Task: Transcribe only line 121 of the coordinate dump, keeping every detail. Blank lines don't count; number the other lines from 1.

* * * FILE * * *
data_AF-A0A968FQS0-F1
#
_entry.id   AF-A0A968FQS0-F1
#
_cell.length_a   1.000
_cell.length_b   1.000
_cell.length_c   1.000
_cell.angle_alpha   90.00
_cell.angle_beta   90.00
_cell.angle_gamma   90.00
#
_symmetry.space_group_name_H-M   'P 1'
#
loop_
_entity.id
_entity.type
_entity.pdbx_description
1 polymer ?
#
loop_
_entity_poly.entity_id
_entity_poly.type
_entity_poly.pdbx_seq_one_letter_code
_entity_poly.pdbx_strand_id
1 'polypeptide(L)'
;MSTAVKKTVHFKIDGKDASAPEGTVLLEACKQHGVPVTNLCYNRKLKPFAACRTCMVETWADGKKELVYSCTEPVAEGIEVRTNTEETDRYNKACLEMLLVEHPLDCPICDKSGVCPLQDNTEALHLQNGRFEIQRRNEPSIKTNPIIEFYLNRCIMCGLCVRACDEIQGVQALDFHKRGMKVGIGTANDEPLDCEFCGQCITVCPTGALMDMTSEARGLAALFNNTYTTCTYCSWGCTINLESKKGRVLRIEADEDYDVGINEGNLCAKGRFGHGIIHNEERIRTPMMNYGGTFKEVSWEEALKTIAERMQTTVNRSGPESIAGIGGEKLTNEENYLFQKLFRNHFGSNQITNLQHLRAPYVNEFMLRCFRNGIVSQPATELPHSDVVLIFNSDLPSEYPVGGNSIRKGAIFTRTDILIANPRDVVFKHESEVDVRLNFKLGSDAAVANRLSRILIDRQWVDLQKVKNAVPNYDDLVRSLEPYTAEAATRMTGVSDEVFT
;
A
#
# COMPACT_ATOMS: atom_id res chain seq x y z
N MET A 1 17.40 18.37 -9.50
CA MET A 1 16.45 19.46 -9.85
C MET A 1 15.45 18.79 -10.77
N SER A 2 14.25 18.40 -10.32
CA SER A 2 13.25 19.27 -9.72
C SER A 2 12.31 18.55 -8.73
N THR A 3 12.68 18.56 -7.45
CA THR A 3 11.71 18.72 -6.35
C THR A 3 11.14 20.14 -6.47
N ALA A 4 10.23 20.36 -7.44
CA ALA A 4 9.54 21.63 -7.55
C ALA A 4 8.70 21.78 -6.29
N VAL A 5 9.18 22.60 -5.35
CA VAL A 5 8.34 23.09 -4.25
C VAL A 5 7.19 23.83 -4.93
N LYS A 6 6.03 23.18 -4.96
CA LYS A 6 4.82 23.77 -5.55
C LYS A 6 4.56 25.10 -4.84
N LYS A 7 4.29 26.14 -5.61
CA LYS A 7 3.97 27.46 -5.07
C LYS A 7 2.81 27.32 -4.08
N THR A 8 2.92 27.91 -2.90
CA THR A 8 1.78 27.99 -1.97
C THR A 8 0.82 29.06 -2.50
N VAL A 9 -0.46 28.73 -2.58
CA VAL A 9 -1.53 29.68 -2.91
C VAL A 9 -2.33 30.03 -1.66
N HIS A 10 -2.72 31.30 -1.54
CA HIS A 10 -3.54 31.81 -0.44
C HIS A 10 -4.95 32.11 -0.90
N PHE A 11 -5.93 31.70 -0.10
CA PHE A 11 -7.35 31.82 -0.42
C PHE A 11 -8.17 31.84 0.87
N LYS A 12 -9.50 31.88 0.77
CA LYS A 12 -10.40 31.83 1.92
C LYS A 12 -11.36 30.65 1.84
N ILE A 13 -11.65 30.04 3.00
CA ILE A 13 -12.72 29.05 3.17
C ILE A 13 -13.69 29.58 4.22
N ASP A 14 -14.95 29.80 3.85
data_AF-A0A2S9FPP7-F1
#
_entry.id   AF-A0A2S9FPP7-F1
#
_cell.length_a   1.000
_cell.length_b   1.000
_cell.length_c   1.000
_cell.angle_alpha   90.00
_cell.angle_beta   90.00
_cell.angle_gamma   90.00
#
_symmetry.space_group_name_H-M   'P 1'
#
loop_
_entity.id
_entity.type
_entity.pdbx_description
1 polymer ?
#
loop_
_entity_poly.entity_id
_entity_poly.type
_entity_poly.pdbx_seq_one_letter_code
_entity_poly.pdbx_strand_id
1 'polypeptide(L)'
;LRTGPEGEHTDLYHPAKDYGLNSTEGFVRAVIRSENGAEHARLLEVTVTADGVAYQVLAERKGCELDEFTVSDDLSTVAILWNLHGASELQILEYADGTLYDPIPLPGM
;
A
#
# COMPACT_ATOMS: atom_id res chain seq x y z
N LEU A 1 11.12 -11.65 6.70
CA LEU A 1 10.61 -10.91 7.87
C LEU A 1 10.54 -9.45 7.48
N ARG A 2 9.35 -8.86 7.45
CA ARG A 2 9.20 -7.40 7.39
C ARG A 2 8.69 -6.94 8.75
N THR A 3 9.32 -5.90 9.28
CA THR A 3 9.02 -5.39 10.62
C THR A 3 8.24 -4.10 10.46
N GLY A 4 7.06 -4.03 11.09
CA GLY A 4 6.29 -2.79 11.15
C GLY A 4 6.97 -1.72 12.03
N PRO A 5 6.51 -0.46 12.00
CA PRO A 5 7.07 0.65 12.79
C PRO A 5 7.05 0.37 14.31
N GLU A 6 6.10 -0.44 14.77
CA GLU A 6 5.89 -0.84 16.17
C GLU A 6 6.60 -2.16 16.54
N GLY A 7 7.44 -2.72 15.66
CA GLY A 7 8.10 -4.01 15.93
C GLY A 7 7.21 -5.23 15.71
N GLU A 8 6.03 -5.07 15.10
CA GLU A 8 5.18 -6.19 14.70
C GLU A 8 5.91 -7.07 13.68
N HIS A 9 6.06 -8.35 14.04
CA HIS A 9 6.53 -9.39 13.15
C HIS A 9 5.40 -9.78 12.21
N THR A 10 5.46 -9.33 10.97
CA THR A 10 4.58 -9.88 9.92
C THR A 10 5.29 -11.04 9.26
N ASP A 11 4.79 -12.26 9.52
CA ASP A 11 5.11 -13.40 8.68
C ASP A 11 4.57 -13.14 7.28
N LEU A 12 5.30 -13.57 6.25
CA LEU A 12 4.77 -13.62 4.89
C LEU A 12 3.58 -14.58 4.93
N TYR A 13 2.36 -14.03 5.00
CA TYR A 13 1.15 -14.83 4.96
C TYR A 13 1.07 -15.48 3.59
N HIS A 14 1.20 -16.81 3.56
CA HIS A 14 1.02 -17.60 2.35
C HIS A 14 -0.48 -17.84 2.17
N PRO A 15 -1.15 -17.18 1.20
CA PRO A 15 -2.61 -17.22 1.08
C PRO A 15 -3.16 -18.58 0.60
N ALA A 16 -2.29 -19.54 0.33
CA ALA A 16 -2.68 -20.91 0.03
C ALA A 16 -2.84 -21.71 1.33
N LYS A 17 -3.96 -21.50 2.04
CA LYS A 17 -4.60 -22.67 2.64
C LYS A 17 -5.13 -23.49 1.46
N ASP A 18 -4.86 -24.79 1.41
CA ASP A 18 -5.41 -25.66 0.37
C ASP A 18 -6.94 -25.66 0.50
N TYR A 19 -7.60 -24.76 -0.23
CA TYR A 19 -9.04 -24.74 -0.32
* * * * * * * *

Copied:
C GLY A 7 7.21 -5.23 15.71